Monday, July 16, 2018

Producers yank China’s costliest movie from screens after three meagre days at the box office

Producers yank China’s costliest movie from screens after three meagre days at the box office
The epic Asura, with a production budget of 750 million yuan (US$112 million), reported 49 million yuan during its opening weekend
PUBLISHED : Monday, 16 July, 2018

Image result for A fantasy epic based on Buddhist mythology, the movie tells the story of a shepherd Ru Yi (played by Wu), who is assigned a mission to save Asura – the dimension of pure desire as Ru used to be part of the mythical realm until a coup initiated in the lower heavenly kingdom changes all the rules. Before its release, the film received high profile government endorsement. Party officials from Ningxia attended its opening ceremony in early July, in Beijing, according to a report in People’s Daily. However, both the A-list stars and the official endorsement failed to persuade China’s film-goers. The movie got 3.1 out of 10 from 10,950 viewers on the Chinese film review website Douban and 6.4 on ticketing provider Maoyan website. Instead Hidden Man, directed by Chinese actor and director Jiang Wen, which opened alongside Asura on July 13, raked in 341 million yuan. The film also came against a number of very strong competitors, including the dark comedy Dying to Survive that has seen 2.5 billion yuan in ticket sales since its release on June 19. Alibaba owns the South China Morning Post.
Image result for A fantasy epic based on Buddhist mythology, the movie tells the story of a shepherd Ru Yi (played by Wu), who is assigned a mission to save Asura – the dimension of pure desire as Ru used to be part of the mythical realm until a coup initiated in the lower heavenly kingdom changes all the rules. Before its release, the film received high profile government endorsement. Party officials from Ningxia attended its opening ceremony in early July, in Beijing, according to a report in People’s Daily. However, both the A-list stars and the official endorsement failed to persuade China’s film-goers. The movie got 3.1 out of 10 from 10,950 viewers on the Chinese film review website Douban and 6.4 on ticketing provider Maoyan website. Instead Hidden Man, directed by Chinese actor and director Jiang Wen, which opened alongside Asura on July 13, raked in 341 million yuan. The film also came against a number of very strong competitors, including the dark comedy Dying to Survive that has seen 2.5 billion yuan in ticket sales since its release on June 19. Alibaba owns the South China Morning Post.




















The producers of Asura, the most expensive Chinese film ever made at 750 million yuan (US$112 million), on Monday decided to pull it from the cinemas after a disastrous opening weekend where it only made 49.05 million yuan.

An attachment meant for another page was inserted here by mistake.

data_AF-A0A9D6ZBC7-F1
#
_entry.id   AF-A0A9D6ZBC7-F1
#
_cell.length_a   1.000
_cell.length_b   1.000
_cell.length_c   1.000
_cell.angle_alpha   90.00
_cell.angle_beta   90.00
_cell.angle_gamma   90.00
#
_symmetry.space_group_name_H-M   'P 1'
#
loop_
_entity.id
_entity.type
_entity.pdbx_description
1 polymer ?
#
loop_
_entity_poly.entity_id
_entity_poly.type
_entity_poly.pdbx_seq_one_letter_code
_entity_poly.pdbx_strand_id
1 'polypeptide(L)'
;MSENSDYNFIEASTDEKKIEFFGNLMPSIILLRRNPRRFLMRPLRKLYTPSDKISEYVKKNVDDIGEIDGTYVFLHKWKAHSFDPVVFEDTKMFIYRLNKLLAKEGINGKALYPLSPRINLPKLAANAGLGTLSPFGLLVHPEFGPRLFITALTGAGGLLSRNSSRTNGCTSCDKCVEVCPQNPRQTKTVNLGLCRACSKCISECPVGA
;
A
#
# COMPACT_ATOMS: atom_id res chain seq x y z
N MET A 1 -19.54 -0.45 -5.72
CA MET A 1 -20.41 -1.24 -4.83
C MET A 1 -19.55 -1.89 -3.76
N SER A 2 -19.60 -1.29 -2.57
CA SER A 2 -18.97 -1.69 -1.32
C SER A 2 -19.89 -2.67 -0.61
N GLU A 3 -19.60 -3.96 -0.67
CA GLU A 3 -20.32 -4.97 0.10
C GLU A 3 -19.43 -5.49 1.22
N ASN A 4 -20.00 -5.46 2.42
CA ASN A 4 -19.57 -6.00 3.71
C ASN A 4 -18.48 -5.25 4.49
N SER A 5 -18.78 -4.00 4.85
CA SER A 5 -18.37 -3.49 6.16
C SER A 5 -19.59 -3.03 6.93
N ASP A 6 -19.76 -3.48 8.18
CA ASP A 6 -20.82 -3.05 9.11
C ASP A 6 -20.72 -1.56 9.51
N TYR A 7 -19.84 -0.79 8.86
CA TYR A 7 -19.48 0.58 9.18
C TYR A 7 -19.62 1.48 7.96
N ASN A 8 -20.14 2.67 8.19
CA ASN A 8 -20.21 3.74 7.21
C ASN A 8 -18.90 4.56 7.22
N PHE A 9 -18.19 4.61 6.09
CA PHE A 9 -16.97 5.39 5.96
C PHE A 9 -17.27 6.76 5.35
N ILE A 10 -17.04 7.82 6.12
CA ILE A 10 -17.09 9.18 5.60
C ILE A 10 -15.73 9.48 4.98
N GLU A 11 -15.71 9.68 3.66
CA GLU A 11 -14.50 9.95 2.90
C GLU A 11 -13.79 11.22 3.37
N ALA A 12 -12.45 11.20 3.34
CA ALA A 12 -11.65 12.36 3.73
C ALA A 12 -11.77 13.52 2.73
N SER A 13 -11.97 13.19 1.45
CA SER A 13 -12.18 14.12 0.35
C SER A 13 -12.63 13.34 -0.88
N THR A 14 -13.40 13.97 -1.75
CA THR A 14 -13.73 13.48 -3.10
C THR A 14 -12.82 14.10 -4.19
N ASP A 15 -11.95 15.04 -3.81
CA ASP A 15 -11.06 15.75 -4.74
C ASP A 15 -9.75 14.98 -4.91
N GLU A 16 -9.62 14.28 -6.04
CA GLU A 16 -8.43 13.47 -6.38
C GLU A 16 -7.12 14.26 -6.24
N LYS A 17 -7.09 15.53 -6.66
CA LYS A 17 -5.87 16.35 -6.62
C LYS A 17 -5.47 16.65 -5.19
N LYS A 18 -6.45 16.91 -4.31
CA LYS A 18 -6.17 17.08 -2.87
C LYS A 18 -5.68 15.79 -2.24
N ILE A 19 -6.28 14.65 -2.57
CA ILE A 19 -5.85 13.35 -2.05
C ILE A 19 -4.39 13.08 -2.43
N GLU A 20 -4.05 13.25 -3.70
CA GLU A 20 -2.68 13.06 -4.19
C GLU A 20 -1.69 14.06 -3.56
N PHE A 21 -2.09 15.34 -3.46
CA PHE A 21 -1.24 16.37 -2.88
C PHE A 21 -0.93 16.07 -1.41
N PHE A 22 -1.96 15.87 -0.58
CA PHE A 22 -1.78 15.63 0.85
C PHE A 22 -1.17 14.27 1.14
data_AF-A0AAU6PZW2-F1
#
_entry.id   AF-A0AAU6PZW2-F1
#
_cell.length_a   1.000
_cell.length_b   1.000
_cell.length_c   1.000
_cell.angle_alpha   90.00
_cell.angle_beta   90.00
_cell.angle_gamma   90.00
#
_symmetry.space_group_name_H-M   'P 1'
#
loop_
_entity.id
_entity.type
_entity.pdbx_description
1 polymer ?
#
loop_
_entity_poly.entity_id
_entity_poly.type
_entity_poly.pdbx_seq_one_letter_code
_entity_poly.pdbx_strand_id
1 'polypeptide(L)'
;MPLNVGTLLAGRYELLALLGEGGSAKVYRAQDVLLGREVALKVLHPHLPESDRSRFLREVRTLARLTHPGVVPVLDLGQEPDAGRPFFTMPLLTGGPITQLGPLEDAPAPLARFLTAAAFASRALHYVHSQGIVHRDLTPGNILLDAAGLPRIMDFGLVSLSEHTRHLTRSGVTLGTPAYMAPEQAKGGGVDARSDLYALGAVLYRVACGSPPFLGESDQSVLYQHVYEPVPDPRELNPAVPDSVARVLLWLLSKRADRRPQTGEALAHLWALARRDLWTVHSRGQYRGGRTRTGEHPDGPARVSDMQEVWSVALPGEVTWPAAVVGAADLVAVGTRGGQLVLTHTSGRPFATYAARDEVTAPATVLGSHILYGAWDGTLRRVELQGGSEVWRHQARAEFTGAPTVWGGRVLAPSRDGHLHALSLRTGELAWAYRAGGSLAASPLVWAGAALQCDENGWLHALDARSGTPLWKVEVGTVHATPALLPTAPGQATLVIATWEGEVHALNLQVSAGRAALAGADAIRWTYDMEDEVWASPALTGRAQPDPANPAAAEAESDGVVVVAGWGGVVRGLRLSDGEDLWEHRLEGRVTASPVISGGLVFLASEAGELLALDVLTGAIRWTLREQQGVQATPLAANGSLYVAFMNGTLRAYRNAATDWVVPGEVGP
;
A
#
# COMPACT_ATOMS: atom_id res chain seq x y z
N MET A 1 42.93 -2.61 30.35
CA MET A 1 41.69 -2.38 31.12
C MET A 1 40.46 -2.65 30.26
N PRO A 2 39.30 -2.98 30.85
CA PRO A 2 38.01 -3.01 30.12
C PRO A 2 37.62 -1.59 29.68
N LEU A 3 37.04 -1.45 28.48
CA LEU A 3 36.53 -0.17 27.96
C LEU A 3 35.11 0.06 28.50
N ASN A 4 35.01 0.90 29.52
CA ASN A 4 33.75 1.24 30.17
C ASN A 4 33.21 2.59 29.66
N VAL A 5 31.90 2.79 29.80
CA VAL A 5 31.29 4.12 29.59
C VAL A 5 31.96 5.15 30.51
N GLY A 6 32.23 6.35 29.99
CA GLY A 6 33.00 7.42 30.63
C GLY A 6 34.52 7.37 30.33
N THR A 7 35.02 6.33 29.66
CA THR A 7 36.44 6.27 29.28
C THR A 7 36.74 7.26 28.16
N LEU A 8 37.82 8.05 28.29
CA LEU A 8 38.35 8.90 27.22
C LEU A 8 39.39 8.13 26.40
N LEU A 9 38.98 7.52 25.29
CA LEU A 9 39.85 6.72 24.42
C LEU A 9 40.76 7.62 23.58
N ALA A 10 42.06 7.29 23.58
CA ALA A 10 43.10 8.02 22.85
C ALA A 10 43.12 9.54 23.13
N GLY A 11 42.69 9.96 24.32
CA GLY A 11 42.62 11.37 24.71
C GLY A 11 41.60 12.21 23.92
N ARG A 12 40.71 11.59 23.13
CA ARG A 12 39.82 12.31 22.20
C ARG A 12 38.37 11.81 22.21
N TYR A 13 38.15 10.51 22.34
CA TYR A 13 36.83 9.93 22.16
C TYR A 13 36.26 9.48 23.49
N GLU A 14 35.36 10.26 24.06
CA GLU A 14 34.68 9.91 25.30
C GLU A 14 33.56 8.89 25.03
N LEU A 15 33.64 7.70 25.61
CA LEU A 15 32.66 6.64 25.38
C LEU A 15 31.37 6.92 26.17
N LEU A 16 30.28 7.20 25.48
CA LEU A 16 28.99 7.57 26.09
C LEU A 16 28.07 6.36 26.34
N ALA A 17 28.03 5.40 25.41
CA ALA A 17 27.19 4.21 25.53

The surprise announcement was posted on the film’s official Weibo account – the Chinese equivalent of Twitter – which did not give a specific reason for the sudden decision. Instead, the producers – which includes big names such as Alibaba Pictures, the film arm of Alibaba Group Holding, Zhenjian Film Studio and Ningxia Film Group – said they wanted to extend their “deepest apologies to viewers who did not get a chance to watch the film, as well as to all the Chinese and international participants who were involved in its production over the past six years.”
The film involved 2,500 people from all over the world. Most of it was shot in Qinghai, Ningxia and Hebei provinces in China, while 15 months was spent on the post production in the US.
In addition to Hong Kong movie stars Carina Lau Kar-ling and Tony Leung Ka-fai, 19-year-old Wu Lei, China’s teenage heartthrob, played the main character in the film.
A fantasy epic based on Buddhist mythology, the movie tells the story of a shepherd Ru Yi (played by Wu), who is assigned a mission to save Asura – the dimension of pure desire as Ru used to be part of the mythical realm until a coup initiated in the lower heavenly kingdom changes all the rules.
Before its release, the film received high profile government endorsement. Party officials from Ningxia attended its opening ceremony in early July, in Beijing, according to a report in Peop le’s Daily.
However, both the A-list stars and the official endorsement failed to persuade China’s film-goers.
The movie got 3.1 out of 10 from 10,950 viewers on the Chinese film review website Douban and 6.4 on ticketing provider Maoyan’s website.
Instead Hidden Man, directed by Chinese actor and director Jiang Wen, which opened alongside Asura on July 13, raked in 341 million yuan.
The film also came against a number of very strong competitors, including the dark comedy Dying to Survive that has seen 2.5 billion yuan in ticket sales since its release on June 19.
Alibaba owns the South China Morning Post.